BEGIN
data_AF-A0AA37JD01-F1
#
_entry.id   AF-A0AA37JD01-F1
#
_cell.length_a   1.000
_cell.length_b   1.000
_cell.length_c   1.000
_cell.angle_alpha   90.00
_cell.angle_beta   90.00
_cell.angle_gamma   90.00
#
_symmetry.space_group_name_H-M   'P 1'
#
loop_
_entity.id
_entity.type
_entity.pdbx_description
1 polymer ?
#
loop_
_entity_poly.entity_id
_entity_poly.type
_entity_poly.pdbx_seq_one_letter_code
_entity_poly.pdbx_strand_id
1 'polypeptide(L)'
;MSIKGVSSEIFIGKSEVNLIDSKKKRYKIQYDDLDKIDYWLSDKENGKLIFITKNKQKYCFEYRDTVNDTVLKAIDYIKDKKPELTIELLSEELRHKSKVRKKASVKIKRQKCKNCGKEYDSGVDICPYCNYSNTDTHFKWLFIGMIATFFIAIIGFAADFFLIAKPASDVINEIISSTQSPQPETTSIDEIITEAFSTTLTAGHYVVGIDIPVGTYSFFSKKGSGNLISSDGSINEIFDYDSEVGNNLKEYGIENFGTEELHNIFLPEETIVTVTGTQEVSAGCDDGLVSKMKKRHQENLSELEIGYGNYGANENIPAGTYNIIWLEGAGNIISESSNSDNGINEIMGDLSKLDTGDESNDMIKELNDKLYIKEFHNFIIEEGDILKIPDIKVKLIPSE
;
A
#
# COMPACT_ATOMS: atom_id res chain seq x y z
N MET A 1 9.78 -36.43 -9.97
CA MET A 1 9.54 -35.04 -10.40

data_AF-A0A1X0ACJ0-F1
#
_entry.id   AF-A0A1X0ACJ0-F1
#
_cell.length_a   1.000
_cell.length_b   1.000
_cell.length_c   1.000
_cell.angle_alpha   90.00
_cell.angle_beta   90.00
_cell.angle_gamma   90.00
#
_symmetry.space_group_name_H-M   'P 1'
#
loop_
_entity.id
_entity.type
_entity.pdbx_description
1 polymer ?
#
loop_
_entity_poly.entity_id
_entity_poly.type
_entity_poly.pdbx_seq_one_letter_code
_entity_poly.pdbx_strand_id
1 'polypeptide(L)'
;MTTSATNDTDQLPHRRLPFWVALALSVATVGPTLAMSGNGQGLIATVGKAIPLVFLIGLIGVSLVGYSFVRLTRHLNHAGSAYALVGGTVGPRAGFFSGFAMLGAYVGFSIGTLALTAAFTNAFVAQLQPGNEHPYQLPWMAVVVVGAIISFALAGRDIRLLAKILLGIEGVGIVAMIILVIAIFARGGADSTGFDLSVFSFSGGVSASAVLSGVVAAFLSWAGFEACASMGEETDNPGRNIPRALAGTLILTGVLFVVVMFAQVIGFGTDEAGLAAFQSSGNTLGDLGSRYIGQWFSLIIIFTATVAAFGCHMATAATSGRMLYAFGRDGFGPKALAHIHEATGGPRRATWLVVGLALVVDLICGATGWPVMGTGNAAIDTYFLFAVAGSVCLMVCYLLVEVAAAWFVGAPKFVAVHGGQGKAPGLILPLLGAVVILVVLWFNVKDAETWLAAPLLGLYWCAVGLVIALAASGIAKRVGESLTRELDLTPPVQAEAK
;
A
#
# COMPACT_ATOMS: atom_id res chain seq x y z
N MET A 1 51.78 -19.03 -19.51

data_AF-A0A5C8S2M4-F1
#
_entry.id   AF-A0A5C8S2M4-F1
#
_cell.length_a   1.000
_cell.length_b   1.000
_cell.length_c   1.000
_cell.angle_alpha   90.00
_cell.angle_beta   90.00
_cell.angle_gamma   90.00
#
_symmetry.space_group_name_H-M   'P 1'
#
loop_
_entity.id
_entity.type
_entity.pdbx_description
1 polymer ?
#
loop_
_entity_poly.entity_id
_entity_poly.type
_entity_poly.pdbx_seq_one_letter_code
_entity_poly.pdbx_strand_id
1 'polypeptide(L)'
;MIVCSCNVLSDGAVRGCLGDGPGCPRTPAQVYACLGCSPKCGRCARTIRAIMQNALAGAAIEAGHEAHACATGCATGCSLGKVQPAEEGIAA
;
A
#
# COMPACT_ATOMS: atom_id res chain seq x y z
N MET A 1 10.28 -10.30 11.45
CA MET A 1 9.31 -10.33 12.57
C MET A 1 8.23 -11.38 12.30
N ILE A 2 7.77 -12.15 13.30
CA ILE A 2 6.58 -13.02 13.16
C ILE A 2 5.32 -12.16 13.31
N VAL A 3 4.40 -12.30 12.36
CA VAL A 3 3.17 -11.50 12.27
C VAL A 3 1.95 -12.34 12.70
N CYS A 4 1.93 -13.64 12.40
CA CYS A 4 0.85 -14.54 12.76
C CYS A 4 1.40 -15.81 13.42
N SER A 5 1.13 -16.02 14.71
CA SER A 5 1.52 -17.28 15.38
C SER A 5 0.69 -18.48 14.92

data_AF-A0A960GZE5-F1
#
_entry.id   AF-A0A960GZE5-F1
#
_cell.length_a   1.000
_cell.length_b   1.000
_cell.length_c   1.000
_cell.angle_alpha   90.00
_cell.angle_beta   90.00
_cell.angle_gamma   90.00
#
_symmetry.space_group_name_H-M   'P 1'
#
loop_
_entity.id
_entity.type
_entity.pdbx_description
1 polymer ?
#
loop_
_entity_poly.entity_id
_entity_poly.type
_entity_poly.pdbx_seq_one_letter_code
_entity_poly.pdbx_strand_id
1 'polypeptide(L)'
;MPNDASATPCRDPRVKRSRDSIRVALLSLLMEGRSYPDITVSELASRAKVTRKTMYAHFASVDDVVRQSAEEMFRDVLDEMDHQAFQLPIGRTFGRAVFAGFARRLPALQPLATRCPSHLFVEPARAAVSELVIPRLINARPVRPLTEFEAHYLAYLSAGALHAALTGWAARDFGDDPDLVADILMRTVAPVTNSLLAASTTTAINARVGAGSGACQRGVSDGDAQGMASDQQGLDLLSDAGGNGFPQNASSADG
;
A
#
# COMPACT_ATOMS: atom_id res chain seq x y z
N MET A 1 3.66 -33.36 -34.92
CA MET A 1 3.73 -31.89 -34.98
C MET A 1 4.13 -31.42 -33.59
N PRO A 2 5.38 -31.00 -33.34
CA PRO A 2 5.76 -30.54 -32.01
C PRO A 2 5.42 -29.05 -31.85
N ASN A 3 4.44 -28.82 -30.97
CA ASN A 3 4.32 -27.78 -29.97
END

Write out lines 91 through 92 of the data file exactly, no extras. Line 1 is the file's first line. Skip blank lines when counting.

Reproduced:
A
#